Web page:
How Missing People can help

A lifeline when someone disappears

If someone you know is missing, we're here for you, as long as it takes.

We know that it can be difficult for families with missing loved ones to find someone to talk to who understands their unique experience. Sometimes it can feel like other people seem to stop caring or don't know what to say. We will never stop caring.

Our caring and highly trained team can offer you and your family a range of free, confidential and non-judgemental support.


Call, text or email 116 000

Missing People's helpline is free, and availble 24/7. If a friend or relative has gone missing and you need support and advice call or text 116 000 or email

Confidentiality policy

Missing People is a confidential service and we cannot trace your calls. Please see our Confidentiality Policy.


We recognise that many people are affected when someone goes missing, and we support both the families and friends of missing people. Where the word ‘family’ is used on this website or at any time to describe the charity’s services, this also includes friends and loved ones.


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When a loved one is missing for an extended period of time, not only can it be emotionally traumatic, but there may also be additional difficulties such as dealing with their finances whilst they are away.

Only a small fraction of missing people never return, but if a relative has been missing for some time, or there are circumstances that suggest the missing person is likely to have died, some families look to resolve their relative’s affairs and administer their estate.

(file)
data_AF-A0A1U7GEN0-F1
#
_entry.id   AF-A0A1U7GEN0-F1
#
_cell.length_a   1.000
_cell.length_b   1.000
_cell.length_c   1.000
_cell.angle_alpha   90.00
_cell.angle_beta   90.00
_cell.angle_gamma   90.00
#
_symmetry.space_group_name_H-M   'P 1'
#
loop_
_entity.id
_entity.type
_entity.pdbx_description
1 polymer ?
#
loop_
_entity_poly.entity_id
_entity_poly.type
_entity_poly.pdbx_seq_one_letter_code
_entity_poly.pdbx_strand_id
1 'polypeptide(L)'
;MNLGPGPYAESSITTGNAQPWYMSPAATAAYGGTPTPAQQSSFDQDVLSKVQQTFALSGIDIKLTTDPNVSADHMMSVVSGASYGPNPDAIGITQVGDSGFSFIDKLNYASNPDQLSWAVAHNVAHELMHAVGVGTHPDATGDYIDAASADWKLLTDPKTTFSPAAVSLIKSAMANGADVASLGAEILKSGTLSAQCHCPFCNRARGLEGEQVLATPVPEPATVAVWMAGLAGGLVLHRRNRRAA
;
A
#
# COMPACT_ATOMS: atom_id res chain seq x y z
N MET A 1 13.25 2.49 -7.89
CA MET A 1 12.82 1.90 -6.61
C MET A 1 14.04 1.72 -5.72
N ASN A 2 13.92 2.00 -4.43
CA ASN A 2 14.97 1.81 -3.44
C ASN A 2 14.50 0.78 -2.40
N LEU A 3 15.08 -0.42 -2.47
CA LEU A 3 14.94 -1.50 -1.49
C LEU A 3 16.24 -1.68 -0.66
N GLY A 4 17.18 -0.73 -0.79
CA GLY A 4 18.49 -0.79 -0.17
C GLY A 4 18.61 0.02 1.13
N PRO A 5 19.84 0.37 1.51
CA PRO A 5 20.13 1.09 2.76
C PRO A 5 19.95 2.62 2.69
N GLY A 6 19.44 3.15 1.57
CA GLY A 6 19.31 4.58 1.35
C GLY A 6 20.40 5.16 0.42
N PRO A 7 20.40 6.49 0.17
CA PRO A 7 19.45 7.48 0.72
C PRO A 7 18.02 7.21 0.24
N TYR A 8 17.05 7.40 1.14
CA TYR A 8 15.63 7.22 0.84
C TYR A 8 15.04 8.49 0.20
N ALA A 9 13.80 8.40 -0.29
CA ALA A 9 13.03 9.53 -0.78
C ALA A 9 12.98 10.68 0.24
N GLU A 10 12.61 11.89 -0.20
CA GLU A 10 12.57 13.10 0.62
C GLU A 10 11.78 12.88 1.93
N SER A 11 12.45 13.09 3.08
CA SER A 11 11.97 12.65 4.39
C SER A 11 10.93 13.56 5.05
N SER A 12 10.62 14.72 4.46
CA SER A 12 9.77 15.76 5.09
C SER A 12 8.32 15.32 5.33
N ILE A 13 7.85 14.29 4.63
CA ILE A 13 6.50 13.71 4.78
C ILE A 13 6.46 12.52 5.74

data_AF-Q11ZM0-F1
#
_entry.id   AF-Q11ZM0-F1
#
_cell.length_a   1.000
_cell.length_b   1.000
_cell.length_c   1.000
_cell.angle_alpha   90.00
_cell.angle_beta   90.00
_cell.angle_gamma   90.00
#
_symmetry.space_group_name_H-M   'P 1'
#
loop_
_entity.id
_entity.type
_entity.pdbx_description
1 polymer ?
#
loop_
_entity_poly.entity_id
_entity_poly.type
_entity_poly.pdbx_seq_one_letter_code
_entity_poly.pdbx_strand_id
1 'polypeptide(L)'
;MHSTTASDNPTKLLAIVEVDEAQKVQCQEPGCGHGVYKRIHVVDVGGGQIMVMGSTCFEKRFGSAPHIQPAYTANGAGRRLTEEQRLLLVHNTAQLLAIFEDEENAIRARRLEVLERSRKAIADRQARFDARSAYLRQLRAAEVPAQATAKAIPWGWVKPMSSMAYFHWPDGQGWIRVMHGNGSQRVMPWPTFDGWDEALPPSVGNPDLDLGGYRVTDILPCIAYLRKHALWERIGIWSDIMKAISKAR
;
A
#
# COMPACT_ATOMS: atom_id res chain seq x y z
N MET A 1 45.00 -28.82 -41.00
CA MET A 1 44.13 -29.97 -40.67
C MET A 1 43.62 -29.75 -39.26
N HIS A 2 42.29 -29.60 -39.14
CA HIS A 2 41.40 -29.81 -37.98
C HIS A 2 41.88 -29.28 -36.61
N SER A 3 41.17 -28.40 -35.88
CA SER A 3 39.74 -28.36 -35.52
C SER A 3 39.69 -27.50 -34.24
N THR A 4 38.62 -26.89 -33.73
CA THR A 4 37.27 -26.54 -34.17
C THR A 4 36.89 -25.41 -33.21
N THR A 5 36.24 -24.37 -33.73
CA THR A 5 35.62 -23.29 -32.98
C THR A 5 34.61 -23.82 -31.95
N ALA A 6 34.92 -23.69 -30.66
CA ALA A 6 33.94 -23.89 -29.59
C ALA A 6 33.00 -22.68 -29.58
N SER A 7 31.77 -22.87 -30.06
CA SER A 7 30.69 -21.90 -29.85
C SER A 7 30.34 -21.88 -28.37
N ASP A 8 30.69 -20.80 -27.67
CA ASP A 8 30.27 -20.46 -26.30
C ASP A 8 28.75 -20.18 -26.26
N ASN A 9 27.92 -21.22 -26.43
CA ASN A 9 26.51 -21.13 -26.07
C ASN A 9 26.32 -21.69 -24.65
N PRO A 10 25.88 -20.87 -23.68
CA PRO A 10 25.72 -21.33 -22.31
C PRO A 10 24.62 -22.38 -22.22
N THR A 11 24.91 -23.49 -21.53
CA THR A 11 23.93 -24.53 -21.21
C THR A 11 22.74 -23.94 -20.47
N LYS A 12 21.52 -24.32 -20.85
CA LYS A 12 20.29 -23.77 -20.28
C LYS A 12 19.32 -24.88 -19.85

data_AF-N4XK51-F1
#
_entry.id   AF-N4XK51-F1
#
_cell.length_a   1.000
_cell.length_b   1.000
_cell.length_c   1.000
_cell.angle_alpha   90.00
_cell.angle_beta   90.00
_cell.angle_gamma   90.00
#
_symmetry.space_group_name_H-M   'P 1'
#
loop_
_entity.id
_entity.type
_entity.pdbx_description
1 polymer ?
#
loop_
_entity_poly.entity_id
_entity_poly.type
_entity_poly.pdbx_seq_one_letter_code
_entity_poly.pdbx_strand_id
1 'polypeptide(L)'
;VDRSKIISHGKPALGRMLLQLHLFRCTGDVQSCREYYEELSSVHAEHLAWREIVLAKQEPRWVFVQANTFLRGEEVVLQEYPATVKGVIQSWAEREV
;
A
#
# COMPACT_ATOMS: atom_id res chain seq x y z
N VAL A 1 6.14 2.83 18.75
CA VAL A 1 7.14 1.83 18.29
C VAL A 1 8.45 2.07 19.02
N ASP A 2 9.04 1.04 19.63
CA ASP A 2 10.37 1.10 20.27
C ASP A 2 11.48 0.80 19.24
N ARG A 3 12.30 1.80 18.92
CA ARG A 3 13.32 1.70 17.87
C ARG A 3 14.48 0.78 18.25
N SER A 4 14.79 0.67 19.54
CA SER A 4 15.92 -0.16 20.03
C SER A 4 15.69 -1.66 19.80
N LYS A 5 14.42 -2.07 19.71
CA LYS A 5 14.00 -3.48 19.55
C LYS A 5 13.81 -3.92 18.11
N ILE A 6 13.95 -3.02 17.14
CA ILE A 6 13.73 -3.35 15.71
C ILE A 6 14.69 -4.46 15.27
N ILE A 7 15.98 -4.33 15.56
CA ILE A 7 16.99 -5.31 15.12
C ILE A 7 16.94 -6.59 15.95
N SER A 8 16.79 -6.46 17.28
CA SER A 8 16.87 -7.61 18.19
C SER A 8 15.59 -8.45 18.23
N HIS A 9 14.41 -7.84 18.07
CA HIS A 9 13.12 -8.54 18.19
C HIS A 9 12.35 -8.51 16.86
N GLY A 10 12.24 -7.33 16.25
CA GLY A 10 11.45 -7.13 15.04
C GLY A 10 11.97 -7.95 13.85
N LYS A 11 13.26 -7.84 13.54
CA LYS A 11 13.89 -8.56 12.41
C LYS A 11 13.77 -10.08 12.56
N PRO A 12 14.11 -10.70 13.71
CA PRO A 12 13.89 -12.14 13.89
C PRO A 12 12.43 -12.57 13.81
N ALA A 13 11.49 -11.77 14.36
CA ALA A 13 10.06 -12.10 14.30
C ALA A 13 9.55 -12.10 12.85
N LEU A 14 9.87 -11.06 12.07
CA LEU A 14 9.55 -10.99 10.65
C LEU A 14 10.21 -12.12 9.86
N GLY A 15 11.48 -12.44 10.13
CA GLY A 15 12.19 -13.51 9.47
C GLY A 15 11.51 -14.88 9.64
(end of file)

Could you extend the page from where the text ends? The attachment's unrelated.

Here you will find guidance on how to deal with these legal issues.

Whilst this information has been provided in good faith, it should not be taken as legal advice. For information tailored to your individual circumstances, please contact your police force, solicitor or an advisory organisation as appropriate to your query. Call us on 116 000 and we can help put you in touch with organisations who can help.

New legislation, called the Guardianship (Missing Person's) Act 2017, was passed which means that families can become formal guardian's of their missing person's affairs. 

Download Guidance on applying for guardianship

Download an Overview of guardianship

We have also compiled guidance explaining and detailing other ways you might go about managing your missing loved ones affairs during this time.

Download 'Dealing with a missing person's affairs: Mortgages'.

Download 'Dealing with a missing person's affairs: Joint Mortgages'.

Download 'Dealing with a missing person's affairs: Life Insurance'.

Download 'Dealing with a missing person's affairs: Banking'.

Download 'Dealing with a missing person's affairs: Benefits'.

In some situations your local MP could be a source of help and advice.

Download our Guidance Sheet on 'How your MP could help'.

Below are guidance sheets on the presumption of death systems in place in Scotland, Northern Ireland, and England and Wales (as the law in this area differs across the United Kingdom, there is separate guidance depending on where a family lives). There is additionally a sheet on the so-called ‘seven year rule’ when dealing with a missing person’s affairs, as whilst this time period does have significance, there are cases when a person’s affairs can be resolved much sooner, or later, than seven years. 

Download 'Presumption of Death in England and Wales (2016 update)'

Download 'Presumption of Death in Scotland'.

Download 'Presumption of Death in Northern Ireland'.

Download 'When can a missing person be presumed dead: The seven year rule?

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